The birthday is done and life continues on as if it never occurred. That is a significant reality that is worthy of a bit more thought. Time, in spite of our best efforts, seems to have no markers, no sense of following a straight line for measuring days, months and years. Now matter how we think and attempt to control time, we are always stuck in the present moment with the past a the future just holding the value of some misty idea in our heads. I can now say I am 65, but that means nothing in terms of my waking up from a sleep world into a world where I continue to experience the simple fact that I am. I have four of my grandsons staying at my home for a change of experience from their normal experiences of daily life. I get to play, to referee, to sit in the stands encouraging, to tell stories and to be there quietly when both they and I need quietness. There is a constant ebb and flow that is amazingly similar to breathing. It doesn’t matter what I have written, what photos I have taken, or that I consider myself as a Jungian psychotherapist, a Buddhist, and a naturist. All that matters is that I am here, breathing and being, present in these moments that shift with my breath. Sitting on my back patio with my wife in the early morning while others are still sleeping, letting my body soak in the morning sun; shifts into a state of being clothed and talking with the first of the grandchildren to wake up. As the sun creeps higher into the sky there is a constant shifting of activity and presence, like some sort of dance. My thoughts take me to times decades past before returning to the present where I engage with one of my grandsons who is trying to build a bird house out of old wood. Then my thoughts turn to the future as I check out weather forecasts for the following two days in spite of the fact that weather forecasts are not all that reliable. Then, it is back to the present and being present. We’ll make a final decision on future activities at the last minute based on the then current conditions. I guess that I am older as I can tolerate this ambiguity of present, past and future much better than in the past. I don’t need to attempt to control the universe. Que sera, sera.
It was easy to dismiss his behavior as a silly stunt, but to those who knew him, Martinez was guided by an endearing, if naïve, sort of undergraduate idealism. Raised in a family that refused to buy clothing with designer labels, he now argued that all clothes were a form of repression and that by not wearing them he was making people think about the coercive nature of convention.
I had a friend who went to Berkeley at that time and I asked her about Martinez. All she could tell me was “He had a nice cock.” Maybe the point wasn’t quite made. Martinez story didn’t end well, and he succumbed to mental illness. In the article, friends point out that he was most sane when he was nude.
Vous méritez votre couronne de fleurs pour une si belle biroute
Garden naked…now that’s organic living….
This is what clothing optional looks like. Anyone one who wants to be nude can be nude, and the others are ok with that. Nudity is normal.
Nude recreation embraces the joy of living and experiencing nature in the most natural way possible. To relax and be nude is to let yourself be totally free. Although we enjoy clothing-free activities in appropriate settings, we also choose to wear clothes when practical. Nudists respect each other’s individuality. Our own self-esteem is enhanced by our ability to accept ourselves as we really are. We find it easy to accept others regardless of physical size, shape, or body condition. Moreover, social class distinctions, often indicated by clothing, disappear. Nudists also enjoy the freedom of not having binding, irritating clothing that doesn’t allow perspiration to evaporate naturally and quickly. When swimming, nudists don’t have to deal with wet, baggy swimsuits that chafe & bind. The feeling of the sun on our entire bodies is an amazing, freeing feeling that most people find incredibly liberating the first time they try it. Relaxation, stress relief, positive body image, and increasing self-esteem are just a few of the reasons people choose the nudist lifestyle.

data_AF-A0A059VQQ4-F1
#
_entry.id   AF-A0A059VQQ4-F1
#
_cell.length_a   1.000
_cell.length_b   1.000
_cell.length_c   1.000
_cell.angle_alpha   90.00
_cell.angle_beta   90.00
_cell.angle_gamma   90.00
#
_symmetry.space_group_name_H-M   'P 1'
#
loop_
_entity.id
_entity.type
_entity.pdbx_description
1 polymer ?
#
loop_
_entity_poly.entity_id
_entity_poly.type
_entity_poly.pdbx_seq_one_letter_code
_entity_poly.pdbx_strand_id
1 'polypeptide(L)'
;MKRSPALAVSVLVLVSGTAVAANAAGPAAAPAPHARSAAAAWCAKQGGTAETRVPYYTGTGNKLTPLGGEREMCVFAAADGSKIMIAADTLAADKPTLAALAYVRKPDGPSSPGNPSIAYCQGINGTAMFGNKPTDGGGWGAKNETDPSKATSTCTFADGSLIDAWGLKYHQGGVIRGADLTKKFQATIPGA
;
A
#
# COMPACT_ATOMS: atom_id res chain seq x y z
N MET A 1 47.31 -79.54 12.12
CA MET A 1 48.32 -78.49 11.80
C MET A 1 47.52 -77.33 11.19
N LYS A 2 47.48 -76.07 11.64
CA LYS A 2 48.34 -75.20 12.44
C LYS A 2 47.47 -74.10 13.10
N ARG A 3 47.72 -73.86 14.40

The answer to this question is a resounding YES! As reported in USA TODAY, The Yankelovich National Travel Monitor is one of the most respected polls in the travel industry. The 2006 edition of that poll found that 15% of adult Americans would consider a resort that offers a nude recreation experience or a clothing-optional beach experience either extremely or a very desirable part of a vacation.
- Have a towel. Because you sweat, and once that gets into the chair’s fabric that’s not going to smell nice after a while.
- Relax. Driving is something that requires attention, getting uptight and nervous about being naked isn’t safe.
- Don’t worry about being seen. If you worry about that, don’t drive naked. The thing is that just about all people won’t look at you, they’re occupied with traffic, their phone, themselves, whatever.
- Don’t think that others expect you to be naked in your car. The others usually are non-nudists and it won’t even cross their mind that someone would do that.
- If someone sees you, act naturally. After all, you’re all natural when you’re naked. You can ignore them if they try to attract attention or just look at them once and ignore them then. Giving them a lot of attention makes them pay less attention to the road (and you too). You’re naked because YOU want that, not for others to see you. Being behind windows brings the chance to be seen but it’s very small. I drove home naked 6 times in 2 weeks, each trip being over 130km / 80 miles and I’m convinced that no one saw me.